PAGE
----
• SOCIAL SECURITY STRATEGY REPORT

  • SOCIAL SECURITY STRATEGY REPORT

  • SOCIAL SECURITY STRATEGY REPORT

  • SOCIAL SECURITY STRATEGY REPORT

  • SOCIAL SECURITY STRATEGY REPORT

Social Security Strategy Report

How do we maximize our Social Security benefits? A simple, straight-forward question with many answers. Choosing the best answer that fits you, your current circumstances and what your future may hold is a bit more difficult. We suggest that whatever decision you make that it be one that is more than just about the numbers. This is a personal decision with no correct or incorrect answers, only the answer that is right for you and your family.

There are many factors to consider when determining the optimal age by which you will begin to receive your benefits, which can begin as early as age 62 and as late as age 70, or at an age in between. Making the best possible decisions about your Social Security options can mean a significant difference in the income it provides to you over the course of your retirement. Using specialized software we will prepare a personalized Social Security Strategy Report for you. This comprehensive report will focus on two important goals:

                                                                                                   Maximizing your lifetime benefits
                                                                                                   Minimizing longevity risk (Will I outlive my money?)

Our Social Security Strategy Report will present and compare different filing strategies, including file early, file at full retirement age, file for spousal benefits, file for survivor benefits and delayed filing. In personalizing our Report, we will take into account your relationship status (married, single, widow or divorced), estimated retirement benefit, age, life expectancy, current and expected spending needs, whether or not you plan to continue working and other retirement assets.

A primary building block for a filing strategy is your Primary Insurance Amount (PIA) which is the retirement benefit that you would receive if claimed at your full retirement age. To get an idea of what your PIA will be, please go to www.ssa.gov/mystatement. At present, full retirement age ranges from 65 years and 8 months (if born in 1941) to 66 years (if born in 1943 to 1954) to 67 years (if born in 1960 or later). If you are already retired and making withdrawals from retirement savings, it might be a good idea to consider claiming your benefits early at age 62. But, beware there is a catch. In the case of early benefits, your benefit is reduced by 5/9% for each month before normal retirement age, up to 36 months. After 36 months (and up to the 60th month) your benefit is further reduced by 5/12% per month. The total reduction of your PIA could reach 30% which means, for example, that your early social security monthly benefit would be $700 now versus $1,000 per month had you waited until your full retirement age.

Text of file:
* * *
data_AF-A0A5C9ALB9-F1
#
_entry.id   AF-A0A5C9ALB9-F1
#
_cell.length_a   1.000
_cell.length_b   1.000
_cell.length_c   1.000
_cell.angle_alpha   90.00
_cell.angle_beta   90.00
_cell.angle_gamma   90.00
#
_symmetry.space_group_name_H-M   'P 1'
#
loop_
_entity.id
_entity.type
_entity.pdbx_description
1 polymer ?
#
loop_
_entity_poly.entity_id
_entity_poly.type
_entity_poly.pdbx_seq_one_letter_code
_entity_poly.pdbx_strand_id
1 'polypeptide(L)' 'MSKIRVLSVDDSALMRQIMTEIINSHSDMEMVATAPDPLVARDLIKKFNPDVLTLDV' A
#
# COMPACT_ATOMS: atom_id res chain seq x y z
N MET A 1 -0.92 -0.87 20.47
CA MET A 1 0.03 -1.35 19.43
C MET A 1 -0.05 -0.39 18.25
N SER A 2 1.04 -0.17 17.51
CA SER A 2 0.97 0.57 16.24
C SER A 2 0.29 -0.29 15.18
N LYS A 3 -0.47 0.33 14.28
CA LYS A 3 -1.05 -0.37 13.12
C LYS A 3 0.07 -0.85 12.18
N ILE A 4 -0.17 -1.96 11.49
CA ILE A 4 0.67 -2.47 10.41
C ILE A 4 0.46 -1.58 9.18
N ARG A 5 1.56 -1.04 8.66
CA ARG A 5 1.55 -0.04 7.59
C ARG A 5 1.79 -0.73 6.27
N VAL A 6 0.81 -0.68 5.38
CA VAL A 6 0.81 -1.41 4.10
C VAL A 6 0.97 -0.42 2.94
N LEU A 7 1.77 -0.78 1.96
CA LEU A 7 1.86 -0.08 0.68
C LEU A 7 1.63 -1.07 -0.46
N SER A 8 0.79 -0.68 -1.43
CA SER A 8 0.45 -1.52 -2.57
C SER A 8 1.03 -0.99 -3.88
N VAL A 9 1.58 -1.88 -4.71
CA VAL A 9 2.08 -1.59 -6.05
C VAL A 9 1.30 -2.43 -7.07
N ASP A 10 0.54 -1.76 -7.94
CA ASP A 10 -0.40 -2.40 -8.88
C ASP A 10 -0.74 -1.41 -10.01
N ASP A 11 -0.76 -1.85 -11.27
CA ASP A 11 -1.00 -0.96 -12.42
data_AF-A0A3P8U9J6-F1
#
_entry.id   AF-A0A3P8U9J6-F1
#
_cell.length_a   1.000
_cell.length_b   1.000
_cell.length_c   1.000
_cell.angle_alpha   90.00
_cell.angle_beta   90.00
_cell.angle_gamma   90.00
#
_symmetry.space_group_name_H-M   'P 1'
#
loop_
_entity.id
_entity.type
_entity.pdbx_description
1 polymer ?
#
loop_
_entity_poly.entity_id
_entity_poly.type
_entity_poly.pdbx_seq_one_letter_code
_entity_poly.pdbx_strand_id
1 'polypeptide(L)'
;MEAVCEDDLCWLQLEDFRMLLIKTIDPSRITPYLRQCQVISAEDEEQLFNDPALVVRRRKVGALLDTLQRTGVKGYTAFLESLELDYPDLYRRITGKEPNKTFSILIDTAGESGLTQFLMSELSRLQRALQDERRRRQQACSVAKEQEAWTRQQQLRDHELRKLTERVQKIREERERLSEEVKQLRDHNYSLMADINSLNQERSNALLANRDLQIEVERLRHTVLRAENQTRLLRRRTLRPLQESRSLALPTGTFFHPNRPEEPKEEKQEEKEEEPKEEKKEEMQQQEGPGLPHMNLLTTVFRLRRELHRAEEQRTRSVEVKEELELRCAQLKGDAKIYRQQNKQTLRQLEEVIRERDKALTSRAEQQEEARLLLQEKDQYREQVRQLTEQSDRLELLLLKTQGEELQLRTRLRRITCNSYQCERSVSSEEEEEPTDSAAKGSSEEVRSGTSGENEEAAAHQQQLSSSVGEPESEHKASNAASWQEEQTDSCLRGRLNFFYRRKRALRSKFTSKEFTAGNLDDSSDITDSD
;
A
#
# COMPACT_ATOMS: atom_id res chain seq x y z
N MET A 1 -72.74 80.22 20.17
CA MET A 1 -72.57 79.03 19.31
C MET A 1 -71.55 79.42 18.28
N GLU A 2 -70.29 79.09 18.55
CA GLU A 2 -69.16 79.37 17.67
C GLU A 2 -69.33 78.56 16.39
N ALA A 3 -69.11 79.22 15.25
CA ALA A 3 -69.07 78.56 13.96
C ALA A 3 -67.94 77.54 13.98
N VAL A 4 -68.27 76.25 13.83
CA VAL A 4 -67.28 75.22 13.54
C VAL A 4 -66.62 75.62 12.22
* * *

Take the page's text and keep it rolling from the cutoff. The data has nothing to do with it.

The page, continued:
In some cases, it might make sense to delay claiming your benefits until after reaching full retirement age. Delayed retirement credits are earned at the rate of 2/3% (which equals 8% per year) of the PIA for each month (after full retirement age) that your benefit is not claimed. You may delay receiving your benefits until age 70. Following the earlier example, if you delayed receiving benefits until age 70 your PIA would be increased from $1,000 per month to $1,240. Now we can see how a filing strategy might help as your monthly benefit could range from $700 (early at age 62) to $1,000 (full retirement age of 67) to $1,240 (delaying benefits until age 70). Our Social Security Strategy Report might be just the answer you are looking for.

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